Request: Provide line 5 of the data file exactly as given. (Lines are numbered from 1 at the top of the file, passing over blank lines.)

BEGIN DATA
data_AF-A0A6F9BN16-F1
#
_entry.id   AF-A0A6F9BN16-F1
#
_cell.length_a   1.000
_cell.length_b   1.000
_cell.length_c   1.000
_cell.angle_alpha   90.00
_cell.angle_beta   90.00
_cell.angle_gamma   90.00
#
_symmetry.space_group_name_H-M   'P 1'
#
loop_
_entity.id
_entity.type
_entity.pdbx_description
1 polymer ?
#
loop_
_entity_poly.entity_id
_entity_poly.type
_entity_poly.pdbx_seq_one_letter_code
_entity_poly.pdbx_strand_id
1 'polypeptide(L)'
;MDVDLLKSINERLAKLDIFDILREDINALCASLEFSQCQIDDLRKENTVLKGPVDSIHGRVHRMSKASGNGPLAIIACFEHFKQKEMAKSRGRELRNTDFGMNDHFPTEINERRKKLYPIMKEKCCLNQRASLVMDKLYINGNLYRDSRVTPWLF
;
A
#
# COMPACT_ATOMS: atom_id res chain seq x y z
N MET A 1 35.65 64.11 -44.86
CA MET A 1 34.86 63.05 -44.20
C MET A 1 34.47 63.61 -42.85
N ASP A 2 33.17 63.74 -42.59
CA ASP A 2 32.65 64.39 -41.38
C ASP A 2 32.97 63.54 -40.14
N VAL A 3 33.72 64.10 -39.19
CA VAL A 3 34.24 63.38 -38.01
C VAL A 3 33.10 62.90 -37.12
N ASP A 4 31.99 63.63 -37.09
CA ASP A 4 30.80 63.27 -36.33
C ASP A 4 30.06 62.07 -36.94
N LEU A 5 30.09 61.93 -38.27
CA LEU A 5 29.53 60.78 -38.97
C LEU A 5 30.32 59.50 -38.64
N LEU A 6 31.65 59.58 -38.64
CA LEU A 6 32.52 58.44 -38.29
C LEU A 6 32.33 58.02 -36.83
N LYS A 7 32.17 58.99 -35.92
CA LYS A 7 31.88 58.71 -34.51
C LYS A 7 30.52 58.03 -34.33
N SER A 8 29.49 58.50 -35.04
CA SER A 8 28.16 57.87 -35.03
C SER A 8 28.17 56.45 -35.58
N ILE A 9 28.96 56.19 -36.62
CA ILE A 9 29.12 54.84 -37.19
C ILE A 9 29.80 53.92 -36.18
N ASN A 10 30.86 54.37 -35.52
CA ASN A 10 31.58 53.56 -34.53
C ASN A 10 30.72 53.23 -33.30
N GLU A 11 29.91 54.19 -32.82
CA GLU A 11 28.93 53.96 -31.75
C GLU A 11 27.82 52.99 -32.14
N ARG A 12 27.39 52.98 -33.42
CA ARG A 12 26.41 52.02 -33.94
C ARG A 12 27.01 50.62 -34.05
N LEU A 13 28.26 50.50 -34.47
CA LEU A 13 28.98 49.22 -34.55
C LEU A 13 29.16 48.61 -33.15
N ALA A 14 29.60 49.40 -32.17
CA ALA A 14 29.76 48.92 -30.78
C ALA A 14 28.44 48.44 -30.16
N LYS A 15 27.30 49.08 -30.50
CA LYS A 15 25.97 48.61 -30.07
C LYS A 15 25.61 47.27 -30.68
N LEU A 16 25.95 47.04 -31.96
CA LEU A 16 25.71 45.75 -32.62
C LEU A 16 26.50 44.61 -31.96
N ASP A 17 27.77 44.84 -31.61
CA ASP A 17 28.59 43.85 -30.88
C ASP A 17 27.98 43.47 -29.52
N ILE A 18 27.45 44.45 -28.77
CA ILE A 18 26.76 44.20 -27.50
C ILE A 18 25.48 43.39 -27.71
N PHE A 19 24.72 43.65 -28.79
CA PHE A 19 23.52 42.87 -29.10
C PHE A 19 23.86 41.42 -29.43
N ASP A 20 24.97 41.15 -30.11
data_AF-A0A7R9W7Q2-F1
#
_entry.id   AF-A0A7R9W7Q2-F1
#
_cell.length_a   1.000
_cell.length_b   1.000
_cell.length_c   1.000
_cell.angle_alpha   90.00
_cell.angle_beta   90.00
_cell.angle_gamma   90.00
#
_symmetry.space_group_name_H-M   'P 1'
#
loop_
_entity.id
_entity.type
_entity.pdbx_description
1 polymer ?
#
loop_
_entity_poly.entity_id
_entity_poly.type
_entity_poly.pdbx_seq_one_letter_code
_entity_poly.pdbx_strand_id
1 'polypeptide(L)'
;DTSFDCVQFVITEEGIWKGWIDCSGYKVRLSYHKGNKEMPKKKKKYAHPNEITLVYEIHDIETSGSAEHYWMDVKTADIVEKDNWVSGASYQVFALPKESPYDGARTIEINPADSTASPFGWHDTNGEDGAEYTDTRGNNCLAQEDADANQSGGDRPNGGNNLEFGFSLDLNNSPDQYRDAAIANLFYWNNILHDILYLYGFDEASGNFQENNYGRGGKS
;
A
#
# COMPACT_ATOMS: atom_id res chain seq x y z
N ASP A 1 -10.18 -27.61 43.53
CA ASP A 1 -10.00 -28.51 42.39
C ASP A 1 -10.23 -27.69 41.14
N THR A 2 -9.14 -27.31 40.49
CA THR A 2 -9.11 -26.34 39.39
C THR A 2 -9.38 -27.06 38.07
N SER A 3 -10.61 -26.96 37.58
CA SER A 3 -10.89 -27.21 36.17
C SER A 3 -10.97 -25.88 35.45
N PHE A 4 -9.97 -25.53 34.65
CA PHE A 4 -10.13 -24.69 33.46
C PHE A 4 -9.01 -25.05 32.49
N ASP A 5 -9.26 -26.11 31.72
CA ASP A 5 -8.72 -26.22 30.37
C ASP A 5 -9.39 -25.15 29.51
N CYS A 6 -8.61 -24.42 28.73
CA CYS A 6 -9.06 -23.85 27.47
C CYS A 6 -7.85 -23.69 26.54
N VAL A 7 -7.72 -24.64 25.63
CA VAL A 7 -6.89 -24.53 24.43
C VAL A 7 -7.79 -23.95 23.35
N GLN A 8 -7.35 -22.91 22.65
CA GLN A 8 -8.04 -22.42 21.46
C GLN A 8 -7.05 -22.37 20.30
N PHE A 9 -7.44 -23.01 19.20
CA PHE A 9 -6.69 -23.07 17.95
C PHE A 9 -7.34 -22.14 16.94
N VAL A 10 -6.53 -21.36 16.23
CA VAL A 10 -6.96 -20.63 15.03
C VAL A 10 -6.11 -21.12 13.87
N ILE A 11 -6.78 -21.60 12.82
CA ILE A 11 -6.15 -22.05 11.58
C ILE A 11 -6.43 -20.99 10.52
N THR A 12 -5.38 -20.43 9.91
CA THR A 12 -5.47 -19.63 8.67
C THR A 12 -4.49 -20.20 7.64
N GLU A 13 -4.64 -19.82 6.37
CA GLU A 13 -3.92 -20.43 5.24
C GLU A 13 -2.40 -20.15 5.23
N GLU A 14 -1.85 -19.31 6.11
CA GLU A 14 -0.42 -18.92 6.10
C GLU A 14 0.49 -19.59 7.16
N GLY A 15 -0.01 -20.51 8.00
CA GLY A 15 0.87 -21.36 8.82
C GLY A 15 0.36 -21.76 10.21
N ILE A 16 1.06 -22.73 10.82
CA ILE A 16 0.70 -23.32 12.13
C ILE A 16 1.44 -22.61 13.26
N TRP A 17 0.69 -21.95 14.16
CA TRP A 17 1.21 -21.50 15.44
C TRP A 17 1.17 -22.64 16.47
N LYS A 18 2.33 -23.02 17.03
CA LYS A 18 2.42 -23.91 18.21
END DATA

_cell.length_a   1.000